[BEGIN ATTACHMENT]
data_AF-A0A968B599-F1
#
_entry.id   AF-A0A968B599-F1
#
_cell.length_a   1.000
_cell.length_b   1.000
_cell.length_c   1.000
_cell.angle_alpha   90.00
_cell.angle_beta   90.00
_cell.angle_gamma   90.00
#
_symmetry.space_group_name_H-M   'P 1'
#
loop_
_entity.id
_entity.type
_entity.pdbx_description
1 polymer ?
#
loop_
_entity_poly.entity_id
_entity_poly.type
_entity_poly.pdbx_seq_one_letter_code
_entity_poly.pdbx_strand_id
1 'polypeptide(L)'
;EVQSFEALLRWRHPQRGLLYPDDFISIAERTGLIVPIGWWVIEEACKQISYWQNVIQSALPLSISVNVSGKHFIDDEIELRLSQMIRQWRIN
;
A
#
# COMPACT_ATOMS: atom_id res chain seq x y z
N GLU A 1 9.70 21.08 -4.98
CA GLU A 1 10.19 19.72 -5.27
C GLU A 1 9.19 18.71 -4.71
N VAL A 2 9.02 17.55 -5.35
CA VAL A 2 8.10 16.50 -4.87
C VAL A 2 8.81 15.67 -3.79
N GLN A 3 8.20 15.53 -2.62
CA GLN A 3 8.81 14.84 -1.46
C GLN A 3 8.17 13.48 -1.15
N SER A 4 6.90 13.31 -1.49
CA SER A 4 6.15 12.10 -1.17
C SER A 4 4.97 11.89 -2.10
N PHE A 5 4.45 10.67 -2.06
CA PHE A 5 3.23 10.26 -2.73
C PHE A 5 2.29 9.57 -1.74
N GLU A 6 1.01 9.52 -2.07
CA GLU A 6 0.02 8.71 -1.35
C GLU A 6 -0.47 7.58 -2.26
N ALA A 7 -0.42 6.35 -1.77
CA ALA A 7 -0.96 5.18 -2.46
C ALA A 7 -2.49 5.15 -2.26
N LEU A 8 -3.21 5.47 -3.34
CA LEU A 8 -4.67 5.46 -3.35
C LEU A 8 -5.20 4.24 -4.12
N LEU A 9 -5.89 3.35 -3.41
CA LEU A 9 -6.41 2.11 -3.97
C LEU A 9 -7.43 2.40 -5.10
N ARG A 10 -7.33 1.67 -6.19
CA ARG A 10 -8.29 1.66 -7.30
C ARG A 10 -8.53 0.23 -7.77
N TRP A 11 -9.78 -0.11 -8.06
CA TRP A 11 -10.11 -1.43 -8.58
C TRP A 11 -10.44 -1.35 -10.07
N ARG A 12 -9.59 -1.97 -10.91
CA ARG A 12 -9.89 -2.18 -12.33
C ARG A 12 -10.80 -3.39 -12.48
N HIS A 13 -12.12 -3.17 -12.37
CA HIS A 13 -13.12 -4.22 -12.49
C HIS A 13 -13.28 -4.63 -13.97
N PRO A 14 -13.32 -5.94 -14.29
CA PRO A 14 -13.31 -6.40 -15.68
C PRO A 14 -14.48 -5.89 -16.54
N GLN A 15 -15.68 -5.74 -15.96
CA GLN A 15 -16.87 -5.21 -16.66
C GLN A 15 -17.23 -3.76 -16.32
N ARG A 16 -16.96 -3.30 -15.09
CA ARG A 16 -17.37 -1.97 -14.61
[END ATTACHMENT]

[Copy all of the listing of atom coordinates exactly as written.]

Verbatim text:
data_AF-A0A968B599-F1
#
_entry.id   AF-A0A968B599-F1
#
_cell.length_a   1.000
_cell.length_b   1.000
_cell.length_c   1.000
_cell.angle_alpha   90.00
_cell.angle_beta   90.00
_cell.angle_gamma   90.00
#
_symmetry.space_group_name_H-M   'P 1'
#
loop_
_entity.id
_entity.type
_entity.pdbx_description
1 polymer ?
#
loop_
_entity_poly.entity_id
_entity_poly.type
_entity_poly.pdbx_seq_one_letter_code
_entity_poly.pdbx_strand_id
1 'polypeptide(L)'
;EVQSFEALLRWRHPQRGLLYPDDFISIAERTGLIVPIGWWVIEEACKQISYWQNVIQSALPLSISVNVSGKHFIDDEIELRLSQMIRQWRIN
;
A
#
# COMPACT_ATOMS: atom_id res chain seq x y z
N GLU A 1 9.70 21.08 -4.98
CA GLU A 1 10.19 19.72 -5.27
C GLU A 1 9.19 18.71 -4.71
N VAL A 2 9.02 17.55 -5.35
CA VAL A 2 8.10 16.50 -4.87
C VAL A 2 8.81 15.67 -3.79
N GLN A 3 8.20 15.53 -2.62
CA GLN A 3 8.81 14.84 -1.46
C GLN A 3 8.17 13.48 -1.15
N SER A 4 6.90 13.31 -1.49
CA SER A 4 6.15 12.10 -1.17
C SER A 4 4.97 11.89 -2.10
N PHE A 5 4.45 10.67 -2.06
CA PHE A 5 3.23 10.26 -2.73
C PHE A 5 2.29 9.57 -1.74
N GLU A 6 1.01 9.52 -2.07
CA GLU A 6 0.02 8.71 -1.35
C GLU A 6 -0.47 7.58 -2.26
N ALA A 7 -0.42 6.35 -1.77
CA ALA A 7 -0.96 5.18 -2.46
C ALA A 7 -2.49 5.15 -2.26
N LEU A 8 -3.21 5.47 -3.34
CA LEU A 8 -4.67 5.46 -3.35
C LEU A 8 -5.20 4.24 -4.12
N LEU A 9 -5.89 3.35 -3.41
CA LEU A 9 -6.41 2.11 -3.97
C LEU A 9 -7.43 2.40 -5.10
N ARG A 10 -7.33 1.67 -6.19
CA ARG A 10 -8.29 1.66 -7.30
C ARG A 10 -8.53 0.23 -7.77
N TRP A 11 -9.78 -0.11 -8.06
CA TRP A 11 -10.11 -1.43 -8.58
C TRP A 11 -10.44 -1.35 -10.07
N ARG A 12 -9.59 -1.97 -10.91
CA ARG A 12 -9.89 -2.18 -12.33
C ARG A 12 -10.80 -3.39 -12.48
N HIS A 13 -12.12 -3.17 -12.37
CA HIS A 13 -13.12 -4.22 -12.49
C HIS A 13 -13.28 -4.63 -13.97
N PRO A 14 -13.32 -5.94 -14.29
CA PRO A 14 -13.31 -6.40 -15.68
C PRO A 14 -14.48 -5.89 -16.54
N GLN A 15 -15.68 -5.74 -15.96
CA GLN A 15 -16.87 -5.21 -16.66
C GLN A 15 -17.23 -3.76 -16.32
N ARG A 16 -16.96 -3.30 -15.09
CA ARG A 16 -17.37 -1.97 -14.61